I’ll be back with a few recipes and gardening tips once things settle down a bit. Right now our arugula and kale are looking good. Walla Walla Onion plants have been transplanted. Cascadia Snap Peas are growing in straw bales and fava beans are blooming. Can spring and summer be far behind? Probably, we are leaving early for Boise to avoid driving in falling snow on the passes.

Last weekend, we were in the Bay Area to give a talk on Container and Small Space Gardening to the Montelindo Garden Club. We visited the Berkeley Arboretum, museums, friends and family. What was most astounding happened when we stepped out onto the street where our daughter lives. Keane noticed a tree he didn’t recognize and was trying to figure out what it might be. It had large clusters of round seed pods and glossy green leaves. As we looked at it, I noticed the backside of a large bird in the upper branches. We couldn’t see it’s head so were moving this way and that. Suddenly a voice from the window above, said “Do you want to know the story of this tree”? Of course we did! The fellow told us the tree was planted a few years before he arrived 25 years ago. It is a red flowering Eucalyptus. planted by a former president of the California Native Plant Society, much to his embarrassment today. Non native Eucalyptus have been over planted throughout California, and especially in the southern part of the state, they fuel wildfires. This one seemed like a nice street tree. Finally, the bird turned its head, and we were face to face with a falcon. A few hours later we passed by again and there was a pile of pigeon feathers at the base of the tree.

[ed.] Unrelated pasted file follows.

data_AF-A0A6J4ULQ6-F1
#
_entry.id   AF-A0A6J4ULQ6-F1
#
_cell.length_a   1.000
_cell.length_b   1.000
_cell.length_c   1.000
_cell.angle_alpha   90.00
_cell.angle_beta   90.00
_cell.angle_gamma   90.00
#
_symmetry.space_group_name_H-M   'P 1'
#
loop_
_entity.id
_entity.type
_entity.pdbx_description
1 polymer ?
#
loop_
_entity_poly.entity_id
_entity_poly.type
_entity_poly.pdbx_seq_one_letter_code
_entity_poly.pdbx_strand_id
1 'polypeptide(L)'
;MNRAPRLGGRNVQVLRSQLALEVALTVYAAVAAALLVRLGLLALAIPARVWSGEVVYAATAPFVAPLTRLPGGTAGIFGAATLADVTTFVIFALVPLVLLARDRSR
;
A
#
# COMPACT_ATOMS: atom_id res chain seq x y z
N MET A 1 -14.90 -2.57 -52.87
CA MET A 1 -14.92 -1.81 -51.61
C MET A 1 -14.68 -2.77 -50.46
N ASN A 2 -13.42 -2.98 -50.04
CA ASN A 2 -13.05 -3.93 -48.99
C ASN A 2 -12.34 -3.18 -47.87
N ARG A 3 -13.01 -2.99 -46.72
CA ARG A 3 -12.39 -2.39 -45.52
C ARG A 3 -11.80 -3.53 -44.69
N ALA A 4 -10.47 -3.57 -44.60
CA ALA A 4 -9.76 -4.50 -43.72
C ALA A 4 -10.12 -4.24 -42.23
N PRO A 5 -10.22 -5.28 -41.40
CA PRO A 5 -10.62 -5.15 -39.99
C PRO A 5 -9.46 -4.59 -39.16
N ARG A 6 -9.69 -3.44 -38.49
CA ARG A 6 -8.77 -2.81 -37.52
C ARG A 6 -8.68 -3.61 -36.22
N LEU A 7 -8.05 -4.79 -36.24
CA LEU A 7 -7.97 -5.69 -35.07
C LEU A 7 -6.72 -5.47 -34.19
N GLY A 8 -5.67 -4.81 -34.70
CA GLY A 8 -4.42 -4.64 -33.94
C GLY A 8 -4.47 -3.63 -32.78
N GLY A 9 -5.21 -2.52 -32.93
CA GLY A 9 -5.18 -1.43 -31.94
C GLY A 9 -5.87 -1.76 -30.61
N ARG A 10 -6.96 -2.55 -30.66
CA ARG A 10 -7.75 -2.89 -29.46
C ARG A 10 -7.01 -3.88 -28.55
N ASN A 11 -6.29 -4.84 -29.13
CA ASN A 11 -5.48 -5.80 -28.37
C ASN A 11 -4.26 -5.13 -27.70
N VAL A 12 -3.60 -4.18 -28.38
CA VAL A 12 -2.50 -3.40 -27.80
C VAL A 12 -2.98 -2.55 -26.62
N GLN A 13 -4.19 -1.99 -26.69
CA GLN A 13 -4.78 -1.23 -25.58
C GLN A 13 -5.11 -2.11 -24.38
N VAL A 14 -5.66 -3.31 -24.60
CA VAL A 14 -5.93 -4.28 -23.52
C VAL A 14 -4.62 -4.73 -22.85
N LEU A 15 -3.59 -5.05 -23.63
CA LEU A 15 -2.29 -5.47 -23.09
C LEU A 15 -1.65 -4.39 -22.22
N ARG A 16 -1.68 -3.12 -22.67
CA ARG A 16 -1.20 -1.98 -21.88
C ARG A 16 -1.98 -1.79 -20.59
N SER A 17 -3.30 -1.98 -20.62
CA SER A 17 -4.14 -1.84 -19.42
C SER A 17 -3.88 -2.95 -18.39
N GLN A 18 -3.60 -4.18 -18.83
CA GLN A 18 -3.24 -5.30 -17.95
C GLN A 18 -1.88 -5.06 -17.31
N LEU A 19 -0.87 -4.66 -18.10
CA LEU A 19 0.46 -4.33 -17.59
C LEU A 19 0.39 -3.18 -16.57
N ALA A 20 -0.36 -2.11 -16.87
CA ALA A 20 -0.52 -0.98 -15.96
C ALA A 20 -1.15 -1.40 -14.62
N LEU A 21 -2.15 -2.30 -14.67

Portland Yard, Garden, Patio Show 2008